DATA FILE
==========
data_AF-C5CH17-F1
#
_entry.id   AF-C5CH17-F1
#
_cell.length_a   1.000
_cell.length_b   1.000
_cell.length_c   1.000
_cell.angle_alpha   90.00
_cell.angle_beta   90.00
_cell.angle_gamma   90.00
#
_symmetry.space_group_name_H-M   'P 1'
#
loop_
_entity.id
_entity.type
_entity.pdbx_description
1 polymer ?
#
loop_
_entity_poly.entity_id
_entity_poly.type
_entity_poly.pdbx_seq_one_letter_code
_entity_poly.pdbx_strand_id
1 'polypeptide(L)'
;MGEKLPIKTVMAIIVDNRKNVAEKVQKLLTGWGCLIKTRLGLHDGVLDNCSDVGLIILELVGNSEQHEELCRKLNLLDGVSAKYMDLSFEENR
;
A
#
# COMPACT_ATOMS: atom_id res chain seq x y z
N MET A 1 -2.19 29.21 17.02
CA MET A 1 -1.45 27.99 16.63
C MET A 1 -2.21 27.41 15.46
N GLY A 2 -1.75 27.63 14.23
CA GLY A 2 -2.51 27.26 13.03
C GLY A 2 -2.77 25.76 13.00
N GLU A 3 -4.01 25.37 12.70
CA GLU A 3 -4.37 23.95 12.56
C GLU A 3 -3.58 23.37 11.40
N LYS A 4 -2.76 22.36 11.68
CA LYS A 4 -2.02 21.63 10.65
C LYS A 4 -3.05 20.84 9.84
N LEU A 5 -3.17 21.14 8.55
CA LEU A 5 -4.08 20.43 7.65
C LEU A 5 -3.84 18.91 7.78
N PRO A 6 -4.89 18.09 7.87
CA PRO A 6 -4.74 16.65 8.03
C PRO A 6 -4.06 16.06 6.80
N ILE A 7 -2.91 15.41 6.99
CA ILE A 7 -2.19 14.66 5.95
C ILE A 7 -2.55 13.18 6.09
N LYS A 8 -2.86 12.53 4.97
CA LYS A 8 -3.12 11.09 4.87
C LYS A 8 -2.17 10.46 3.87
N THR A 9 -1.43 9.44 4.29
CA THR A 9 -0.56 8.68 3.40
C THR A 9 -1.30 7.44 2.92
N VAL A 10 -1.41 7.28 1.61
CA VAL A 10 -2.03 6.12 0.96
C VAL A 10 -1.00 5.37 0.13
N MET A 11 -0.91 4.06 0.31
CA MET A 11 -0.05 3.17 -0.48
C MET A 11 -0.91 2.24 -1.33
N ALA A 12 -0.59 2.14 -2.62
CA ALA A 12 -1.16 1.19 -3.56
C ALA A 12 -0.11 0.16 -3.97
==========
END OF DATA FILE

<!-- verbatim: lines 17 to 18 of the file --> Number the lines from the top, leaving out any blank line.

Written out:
_entity.pdbx_description
1 polymer ?